Clarence Thomas on Abortion

Supreme Court Justice (nominated by Pres. Bush Sr. 1991)


Nothing in Constitution dictates states must allow abortions

Thomas voted to overturn Roe in 1992, in his first term on the court, when he was a dissenter in Planned Parenthood v. Casey. He has repeatedly called for Roe and Casey to be overturned since. In 2000, he wrote in dissent when the court struck down Nebraska's ban on "partial-birth abortion." Recounting the court's decision in Roe, he wrote, "Nothing in our Federal Constitution deprives the people of this country of the right to determine whether the consequences of abortion to the fetus and to society outweigh the burden of an unwanted pregnancy on the mother. Although a State may permit abortion, nothing in the Constitution dictates that a State must do so."
Source: Associated Press on 2022 SCOTUS abortion rulings , Nov 29, 2021

Ok for states to require hospital nearby abortion service

The Supreme Court blocked Louisiana from enforcing a law that women's groups said would leave only a single doctor legally allowed to perform abortions in the state. By a 5-4 vote, the court said the restrictions must remain on hold while challengers appeal a lower court decision in favor of the law.

The vote was not a ruling on the legal merits of the restriction, but the decision to keep the law on hold signals that a majority of the justices have doubts about its constitutionality. Passed by the state legislature in 2014, the measure requires any doctor offering abortion services to have admitting privileges at a hospital within 30 miles. Plaintiffs argued that it was identical to a Texas law the Supreme Court struck down in 2016, in which the court said Texas imposed an obstacle on women seeking access to abortion services without providing them any medical benefits. Plaintiffs said Louisiana's law would leave only one doctor at a single clinic in New Orleans to perform the procedure.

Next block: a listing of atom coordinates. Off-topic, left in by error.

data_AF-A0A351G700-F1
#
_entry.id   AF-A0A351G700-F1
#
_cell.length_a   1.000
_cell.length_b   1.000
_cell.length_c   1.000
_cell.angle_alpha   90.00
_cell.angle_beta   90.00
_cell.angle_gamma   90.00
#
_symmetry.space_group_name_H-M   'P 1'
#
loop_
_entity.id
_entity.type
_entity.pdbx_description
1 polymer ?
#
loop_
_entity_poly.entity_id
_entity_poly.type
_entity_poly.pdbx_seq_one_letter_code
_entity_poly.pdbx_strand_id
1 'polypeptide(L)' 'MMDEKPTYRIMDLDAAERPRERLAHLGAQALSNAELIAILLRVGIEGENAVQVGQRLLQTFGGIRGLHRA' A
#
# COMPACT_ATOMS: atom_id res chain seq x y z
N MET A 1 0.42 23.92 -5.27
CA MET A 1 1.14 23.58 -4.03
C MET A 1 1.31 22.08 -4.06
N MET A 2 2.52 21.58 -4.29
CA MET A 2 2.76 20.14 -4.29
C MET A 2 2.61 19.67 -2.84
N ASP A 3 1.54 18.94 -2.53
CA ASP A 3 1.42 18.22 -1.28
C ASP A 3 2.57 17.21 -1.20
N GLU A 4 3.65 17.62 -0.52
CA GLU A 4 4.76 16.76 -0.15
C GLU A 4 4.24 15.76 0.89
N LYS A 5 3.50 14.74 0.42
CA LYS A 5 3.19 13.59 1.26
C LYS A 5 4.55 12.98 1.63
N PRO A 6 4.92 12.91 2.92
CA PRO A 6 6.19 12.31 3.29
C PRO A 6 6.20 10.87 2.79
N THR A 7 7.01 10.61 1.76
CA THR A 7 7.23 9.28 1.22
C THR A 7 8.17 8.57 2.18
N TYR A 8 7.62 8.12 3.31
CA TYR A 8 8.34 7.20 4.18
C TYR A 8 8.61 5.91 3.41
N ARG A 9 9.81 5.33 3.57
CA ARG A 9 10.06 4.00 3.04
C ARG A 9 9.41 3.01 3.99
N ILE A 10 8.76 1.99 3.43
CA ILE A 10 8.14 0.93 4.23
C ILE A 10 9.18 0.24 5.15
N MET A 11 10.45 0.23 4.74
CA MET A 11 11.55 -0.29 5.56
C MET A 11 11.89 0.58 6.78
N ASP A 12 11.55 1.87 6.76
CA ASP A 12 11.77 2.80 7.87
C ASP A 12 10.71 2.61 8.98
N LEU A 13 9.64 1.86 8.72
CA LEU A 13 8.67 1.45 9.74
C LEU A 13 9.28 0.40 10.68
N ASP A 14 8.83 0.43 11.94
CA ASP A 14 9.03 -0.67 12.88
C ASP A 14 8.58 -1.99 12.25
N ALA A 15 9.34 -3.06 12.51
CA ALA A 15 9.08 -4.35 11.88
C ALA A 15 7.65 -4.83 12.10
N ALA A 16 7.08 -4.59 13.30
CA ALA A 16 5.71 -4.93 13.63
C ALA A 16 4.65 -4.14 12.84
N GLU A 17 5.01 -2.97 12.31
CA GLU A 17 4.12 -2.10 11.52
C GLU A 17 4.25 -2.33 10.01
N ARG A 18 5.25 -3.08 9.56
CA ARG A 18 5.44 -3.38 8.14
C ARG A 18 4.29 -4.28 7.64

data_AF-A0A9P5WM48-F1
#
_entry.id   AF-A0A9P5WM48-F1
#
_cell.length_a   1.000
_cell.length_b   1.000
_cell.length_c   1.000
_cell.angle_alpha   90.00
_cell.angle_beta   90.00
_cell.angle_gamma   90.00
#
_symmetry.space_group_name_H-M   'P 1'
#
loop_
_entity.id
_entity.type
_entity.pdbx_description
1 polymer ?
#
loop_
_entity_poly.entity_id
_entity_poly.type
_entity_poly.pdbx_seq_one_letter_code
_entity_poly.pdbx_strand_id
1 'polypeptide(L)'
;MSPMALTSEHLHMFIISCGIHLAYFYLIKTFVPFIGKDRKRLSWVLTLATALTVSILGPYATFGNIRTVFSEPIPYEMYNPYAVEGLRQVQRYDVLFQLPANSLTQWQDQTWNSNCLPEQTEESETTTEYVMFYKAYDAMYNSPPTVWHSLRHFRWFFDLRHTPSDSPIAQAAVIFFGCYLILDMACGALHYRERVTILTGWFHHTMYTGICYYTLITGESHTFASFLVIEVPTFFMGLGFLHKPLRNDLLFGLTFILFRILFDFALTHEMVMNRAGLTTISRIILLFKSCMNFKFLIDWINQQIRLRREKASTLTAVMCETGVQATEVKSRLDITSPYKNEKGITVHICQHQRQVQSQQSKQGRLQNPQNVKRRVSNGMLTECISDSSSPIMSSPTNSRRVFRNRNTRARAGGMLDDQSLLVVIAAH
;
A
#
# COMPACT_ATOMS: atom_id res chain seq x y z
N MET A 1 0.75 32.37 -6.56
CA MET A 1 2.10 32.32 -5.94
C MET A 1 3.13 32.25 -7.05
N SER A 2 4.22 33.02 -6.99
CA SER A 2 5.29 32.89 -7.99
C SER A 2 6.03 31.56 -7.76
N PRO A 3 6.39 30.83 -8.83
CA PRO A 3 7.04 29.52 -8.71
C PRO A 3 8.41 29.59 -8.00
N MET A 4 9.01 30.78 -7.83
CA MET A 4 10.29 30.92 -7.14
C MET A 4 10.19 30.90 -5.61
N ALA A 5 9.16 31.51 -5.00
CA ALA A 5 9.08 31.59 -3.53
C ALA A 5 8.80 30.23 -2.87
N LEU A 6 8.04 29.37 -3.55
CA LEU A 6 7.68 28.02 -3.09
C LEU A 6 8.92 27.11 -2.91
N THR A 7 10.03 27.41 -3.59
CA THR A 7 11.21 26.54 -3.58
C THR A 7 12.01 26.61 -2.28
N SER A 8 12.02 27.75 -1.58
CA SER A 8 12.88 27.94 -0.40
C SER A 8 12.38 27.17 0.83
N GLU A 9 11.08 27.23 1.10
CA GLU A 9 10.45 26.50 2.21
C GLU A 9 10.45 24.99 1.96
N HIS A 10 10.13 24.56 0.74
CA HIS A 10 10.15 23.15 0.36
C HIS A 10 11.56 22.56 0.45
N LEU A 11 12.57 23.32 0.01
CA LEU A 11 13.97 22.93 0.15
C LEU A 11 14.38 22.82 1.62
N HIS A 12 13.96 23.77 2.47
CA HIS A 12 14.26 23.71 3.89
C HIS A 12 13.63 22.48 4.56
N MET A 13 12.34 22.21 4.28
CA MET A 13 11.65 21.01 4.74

Source: NBC News on 2019 SCOTUS case: "June Medical vs. Louisiana" , Feb 7, 2019

1991: Never thought about Roe v. Wade while in law school

Senator Patrick Leahy peppered Thomas with questions about whether he had ever discussed or debated Roe v. Wade when he was at Yale Law School, the judge denied it. He cast himself as a sort of social recluse and a grind who had little time beyond studying and working to engage in such musings: "My schedule was that I went to classes and generally went to work and went home." Leahy registered incredulity: "I'm sure you are not suggesting that there wasn't any discussion at any time of Roe v. Wade?" Thomas replied, "Senator, I cannot remember personally engaging in those discussions." Leahy: "Well, was it properly decided or not?" Thomas: "I have not made a decision one way or the other with respect to that important decision. Much later, Leahy said Thomas's responses that he had never even thought about Roe v. Wade as a law student were so preposterous that they cost him the senator's vote."
Source: A Life of Trial & Redemption, by Jules Witcover, p.259-260 , Oct 5, 2010

1991: There us a right to privacy in the 14th Amendment

When Thomas said he believed "there is a right to privacy in the Fourteenth Amendment," Biden seized the opportunity. "Well, Judge," he asked, "does that right to privacy in the Liberty Clause of the Fourteenth Amendment protect the right of a woman to decide for herself in certain instances whether or not to terminate a pregnancy?" Thomas artfully dodged. "Senator, I think that the Supreme Court has made clear that the issue of marital privacy is protected, that the state cannot infringe on that without a compelling interest, and the Supreme Court, of course, in the case of Roe v. Wade has found as a fundamental interest a woman's right to terminate a pregnancy." And he added: "I do not think that at this time I could maintain my impartiality as a member of the judiciary and comment on that specific case."
Source: A Life of Trial & Redemption, by Jules Witcover, p.258 , Oct 5, 2010

Parental notification is lower priority than maternal health

In Ayotte v. Planned Parenthood of Northern New England, a challenge to a New Hampshire law that prohibits doctors from performing an abortion on a minor until 48 hours after a parent has been notified is heard. The Supreme Court rules that the government cannot restrict abortions when one is required during a medical emergency.